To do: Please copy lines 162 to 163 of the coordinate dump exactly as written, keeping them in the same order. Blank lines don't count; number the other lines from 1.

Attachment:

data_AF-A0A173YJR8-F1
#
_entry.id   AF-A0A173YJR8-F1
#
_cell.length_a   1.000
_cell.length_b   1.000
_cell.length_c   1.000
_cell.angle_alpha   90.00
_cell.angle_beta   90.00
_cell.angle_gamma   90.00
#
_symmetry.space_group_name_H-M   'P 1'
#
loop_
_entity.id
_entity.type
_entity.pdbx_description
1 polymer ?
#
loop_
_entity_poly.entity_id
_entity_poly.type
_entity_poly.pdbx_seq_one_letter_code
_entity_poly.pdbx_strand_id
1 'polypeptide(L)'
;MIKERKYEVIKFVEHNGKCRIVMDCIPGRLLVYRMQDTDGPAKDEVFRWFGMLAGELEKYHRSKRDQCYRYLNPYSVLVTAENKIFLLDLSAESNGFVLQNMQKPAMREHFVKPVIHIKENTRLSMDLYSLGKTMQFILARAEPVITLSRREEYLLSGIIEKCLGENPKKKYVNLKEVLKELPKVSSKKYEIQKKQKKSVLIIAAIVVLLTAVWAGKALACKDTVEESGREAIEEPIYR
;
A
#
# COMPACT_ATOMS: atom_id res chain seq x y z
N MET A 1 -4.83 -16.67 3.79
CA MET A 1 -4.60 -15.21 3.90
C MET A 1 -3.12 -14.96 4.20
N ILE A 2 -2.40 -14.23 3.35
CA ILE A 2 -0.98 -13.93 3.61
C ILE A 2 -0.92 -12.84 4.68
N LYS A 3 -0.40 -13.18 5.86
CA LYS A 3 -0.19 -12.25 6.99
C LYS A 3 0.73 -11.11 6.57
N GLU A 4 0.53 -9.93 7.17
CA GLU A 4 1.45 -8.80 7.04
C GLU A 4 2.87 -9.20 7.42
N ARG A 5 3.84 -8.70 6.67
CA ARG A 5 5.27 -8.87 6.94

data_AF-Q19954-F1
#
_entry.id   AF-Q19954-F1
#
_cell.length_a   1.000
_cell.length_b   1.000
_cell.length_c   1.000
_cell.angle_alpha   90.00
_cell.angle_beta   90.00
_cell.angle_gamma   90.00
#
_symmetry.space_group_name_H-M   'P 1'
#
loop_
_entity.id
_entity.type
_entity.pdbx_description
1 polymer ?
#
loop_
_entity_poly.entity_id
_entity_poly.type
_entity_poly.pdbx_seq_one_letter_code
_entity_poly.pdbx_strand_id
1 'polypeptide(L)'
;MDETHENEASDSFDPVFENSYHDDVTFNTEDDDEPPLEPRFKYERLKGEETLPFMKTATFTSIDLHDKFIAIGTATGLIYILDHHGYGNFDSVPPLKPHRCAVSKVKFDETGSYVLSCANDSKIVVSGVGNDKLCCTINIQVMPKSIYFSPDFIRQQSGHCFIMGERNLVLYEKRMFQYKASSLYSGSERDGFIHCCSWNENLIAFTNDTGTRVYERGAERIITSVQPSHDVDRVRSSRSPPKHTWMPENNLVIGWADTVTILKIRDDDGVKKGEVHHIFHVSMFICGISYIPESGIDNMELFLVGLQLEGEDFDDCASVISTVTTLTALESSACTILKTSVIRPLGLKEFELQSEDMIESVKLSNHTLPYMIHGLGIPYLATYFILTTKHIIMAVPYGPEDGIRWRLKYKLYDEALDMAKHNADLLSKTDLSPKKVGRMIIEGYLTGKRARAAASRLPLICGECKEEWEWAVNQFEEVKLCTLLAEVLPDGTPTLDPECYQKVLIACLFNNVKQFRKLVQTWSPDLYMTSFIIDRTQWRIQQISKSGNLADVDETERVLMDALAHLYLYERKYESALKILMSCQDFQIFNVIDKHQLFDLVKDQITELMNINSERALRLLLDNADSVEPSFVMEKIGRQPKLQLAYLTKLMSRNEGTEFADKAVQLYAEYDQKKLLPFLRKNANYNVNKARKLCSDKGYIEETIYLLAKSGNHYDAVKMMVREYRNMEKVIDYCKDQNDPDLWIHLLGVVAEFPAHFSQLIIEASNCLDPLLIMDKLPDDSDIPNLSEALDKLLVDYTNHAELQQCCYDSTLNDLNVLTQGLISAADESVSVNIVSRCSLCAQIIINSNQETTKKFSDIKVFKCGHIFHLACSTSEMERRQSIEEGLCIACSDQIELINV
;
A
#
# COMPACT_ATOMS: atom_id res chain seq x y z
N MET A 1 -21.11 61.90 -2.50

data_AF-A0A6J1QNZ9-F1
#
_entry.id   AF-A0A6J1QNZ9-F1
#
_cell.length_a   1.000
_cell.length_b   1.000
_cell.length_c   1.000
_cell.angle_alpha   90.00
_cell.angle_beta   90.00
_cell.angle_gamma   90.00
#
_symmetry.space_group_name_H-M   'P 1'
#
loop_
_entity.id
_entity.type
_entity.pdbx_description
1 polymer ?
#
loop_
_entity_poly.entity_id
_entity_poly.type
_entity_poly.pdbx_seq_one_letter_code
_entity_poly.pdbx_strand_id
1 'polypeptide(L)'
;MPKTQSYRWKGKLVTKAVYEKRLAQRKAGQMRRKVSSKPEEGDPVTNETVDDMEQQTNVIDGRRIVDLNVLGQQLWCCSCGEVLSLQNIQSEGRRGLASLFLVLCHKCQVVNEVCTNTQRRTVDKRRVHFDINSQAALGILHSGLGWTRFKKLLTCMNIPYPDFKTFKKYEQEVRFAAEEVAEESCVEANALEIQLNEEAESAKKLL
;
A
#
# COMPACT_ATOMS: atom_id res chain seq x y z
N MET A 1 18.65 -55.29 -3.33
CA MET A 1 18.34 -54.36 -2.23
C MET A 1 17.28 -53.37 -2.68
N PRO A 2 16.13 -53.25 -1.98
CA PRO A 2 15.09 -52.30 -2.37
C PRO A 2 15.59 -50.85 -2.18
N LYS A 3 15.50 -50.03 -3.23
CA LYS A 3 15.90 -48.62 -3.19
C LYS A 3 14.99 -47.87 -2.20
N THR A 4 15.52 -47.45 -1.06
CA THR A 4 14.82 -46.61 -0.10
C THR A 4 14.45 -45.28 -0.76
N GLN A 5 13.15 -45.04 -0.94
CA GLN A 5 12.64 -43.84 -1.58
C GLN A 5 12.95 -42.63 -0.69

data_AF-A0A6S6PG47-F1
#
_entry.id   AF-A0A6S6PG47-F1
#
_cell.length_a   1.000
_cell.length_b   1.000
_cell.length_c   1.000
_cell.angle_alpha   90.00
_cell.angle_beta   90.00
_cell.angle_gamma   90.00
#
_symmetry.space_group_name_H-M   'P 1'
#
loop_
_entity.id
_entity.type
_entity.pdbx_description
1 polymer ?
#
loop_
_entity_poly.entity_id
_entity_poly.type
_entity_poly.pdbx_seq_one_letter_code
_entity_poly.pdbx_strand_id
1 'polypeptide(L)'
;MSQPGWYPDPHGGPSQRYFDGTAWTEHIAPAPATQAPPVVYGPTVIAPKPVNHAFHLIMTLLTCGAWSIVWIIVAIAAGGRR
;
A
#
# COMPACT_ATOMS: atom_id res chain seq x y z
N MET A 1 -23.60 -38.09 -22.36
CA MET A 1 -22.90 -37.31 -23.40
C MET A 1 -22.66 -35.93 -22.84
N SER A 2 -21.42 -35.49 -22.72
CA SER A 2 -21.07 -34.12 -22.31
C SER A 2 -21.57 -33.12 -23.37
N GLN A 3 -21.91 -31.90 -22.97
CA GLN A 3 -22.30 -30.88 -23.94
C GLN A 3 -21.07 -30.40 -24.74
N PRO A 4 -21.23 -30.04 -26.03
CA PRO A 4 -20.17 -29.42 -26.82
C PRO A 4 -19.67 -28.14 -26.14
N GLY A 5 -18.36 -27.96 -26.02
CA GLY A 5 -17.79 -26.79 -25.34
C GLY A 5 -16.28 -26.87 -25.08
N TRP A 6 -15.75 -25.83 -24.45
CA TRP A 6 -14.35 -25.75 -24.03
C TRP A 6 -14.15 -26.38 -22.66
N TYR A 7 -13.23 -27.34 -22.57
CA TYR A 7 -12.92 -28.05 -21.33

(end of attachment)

C PRO A 4 -19.67 -28.14 -26.14
N GLY A 5 -18.36 -27.96 -26.02